Israel: Archaeologists found remains of an ancient soap factory most likely belonging to a wealthy family.
Ruins of the soap factory in Rahat. Photo: Xinhua.
A team of archaeologists from the Israel Antiquities Agency discovered the first soap-making factory in the country dating back 1,200 years in the city of Rahat while working in the Negev desert. Soap made from olive oil is evidence of Muslim influence in the region, according to the mayor of Rahat Fahiz Abu Saheeben.
Olive oil soap appeared during the Abbasid dynasty, archaeologist Elena Kogen-Zehavi said. Soap was a valuable export, brought to Egypt and many other Arab lands. The main ingredient for soap making is olive oil due to its high-fat content.
Soap factory was discovered in a large building with pillars. The research team speculates this work belongs to a wealthy family making a living by making and selling soap. The harsh desert conditions including wind and dust storm made personal hygiene necessary 1,200 years ago.
For millennia, the inhabitants of the Middle East have used olive oil for sanitation. The ancient people here anointed olive oil to exfoliate the skin. Industrial soap production only really started in the Middle Ages in Europe. While the Christians use lard, olive oil is more difficult to cast. The secret of producing olive oil soap is carefully preserved today and passed from generation to generation, according to Kogen-Zehavi.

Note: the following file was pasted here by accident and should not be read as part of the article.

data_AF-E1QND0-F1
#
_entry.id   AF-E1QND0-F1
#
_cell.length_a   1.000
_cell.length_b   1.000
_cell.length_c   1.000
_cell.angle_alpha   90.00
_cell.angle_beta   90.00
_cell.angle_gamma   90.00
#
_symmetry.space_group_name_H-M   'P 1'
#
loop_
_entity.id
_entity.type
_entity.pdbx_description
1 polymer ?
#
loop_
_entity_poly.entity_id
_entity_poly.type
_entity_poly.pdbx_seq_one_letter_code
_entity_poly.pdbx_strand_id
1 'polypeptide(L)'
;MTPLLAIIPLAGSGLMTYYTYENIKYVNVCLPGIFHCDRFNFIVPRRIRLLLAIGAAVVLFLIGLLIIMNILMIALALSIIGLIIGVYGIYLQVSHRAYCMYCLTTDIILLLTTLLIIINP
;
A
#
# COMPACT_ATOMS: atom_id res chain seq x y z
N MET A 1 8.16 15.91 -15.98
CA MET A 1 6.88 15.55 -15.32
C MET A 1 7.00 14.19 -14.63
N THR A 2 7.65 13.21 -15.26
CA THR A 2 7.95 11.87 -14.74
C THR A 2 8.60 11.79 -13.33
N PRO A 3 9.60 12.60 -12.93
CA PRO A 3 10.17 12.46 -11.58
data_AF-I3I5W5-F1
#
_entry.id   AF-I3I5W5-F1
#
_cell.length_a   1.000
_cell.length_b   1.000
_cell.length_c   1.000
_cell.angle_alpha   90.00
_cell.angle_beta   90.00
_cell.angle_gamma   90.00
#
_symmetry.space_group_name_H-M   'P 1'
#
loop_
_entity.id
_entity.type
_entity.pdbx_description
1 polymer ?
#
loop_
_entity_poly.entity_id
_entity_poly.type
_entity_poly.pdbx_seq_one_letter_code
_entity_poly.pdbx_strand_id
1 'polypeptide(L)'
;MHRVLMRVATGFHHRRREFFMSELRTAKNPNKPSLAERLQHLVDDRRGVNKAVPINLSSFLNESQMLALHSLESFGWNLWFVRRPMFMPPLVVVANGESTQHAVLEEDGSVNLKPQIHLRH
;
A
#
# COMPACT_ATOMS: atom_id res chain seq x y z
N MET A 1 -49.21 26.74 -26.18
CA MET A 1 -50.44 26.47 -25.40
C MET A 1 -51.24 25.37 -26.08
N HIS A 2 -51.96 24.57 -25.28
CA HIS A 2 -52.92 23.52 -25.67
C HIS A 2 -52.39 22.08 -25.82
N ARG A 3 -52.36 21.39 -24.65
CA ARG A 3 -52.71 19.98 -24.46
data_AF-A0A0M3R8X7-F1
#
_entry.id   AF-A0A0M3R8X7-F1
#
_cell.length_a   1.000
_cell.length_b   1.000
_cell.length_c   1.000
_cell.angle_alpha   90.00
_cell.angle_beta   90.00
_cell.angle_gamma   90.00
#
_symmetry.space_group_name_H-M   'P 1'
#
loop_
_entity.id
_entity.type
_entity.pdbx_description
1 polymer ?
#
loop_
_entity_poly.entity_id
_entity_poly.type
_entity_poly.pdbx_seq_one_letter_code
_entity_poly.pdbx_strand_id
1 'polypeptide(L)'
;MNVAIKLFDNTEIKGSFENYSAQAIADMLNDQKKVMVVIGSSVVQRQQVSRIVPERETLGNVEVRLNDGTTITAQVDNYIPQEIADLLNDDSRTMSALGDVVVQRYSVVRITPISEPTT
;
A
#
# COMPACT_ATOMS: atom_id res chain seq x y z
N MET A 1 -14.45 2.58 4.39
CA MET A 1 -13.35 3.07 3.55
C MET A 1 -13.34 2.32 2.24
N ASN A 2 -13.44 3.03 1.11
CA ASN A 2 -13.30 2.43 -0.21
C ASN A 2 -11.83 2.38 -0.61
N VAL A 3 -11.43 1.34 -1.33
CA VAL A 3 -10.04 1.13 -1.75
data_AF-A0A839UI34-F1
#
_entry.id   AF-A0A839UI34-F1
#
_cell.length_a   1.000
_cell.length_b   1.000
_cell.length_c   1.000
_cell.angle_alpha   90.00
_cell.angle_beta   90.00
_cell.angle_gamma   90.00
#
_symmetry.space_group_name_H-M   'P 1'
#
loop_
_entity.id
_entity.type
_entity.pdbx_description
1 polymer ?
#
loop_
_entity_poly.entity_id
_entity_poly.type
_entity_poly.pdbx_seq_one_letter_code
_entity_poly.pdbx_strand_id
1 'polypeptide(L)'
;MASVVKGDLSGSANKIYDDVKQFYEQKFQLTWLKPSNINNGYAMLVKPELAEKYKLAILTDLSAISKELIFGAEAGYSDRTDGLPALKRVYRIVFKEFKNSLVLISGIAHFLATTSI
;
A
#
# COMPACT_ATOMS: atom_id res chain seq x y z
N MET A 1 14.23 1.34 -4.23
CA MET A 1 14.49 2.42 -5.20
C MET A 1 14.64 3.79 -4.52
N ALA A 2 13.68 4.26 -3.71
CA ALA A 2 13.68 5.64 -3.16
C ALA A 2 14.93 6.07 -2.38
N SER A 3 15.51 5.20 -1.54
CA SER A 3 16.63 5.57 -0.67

The Rahat complex included all the facilities needed to make olive oil soap. The team collected organic specimens that allowed them to identify the materials used in the manufacturing process. They found that this particular soap consisted of olive oil mixed with the ash from the fenugreek, containing potassium carbonate and water. The mixture is cooked for about 7 days. The liquid material is then poured into a shallow pond, where the soap hardens after about 10 days until it can be cut into a cake shape. Next, the workers will dry the soap cake for another two months.
(According to Times of Israel)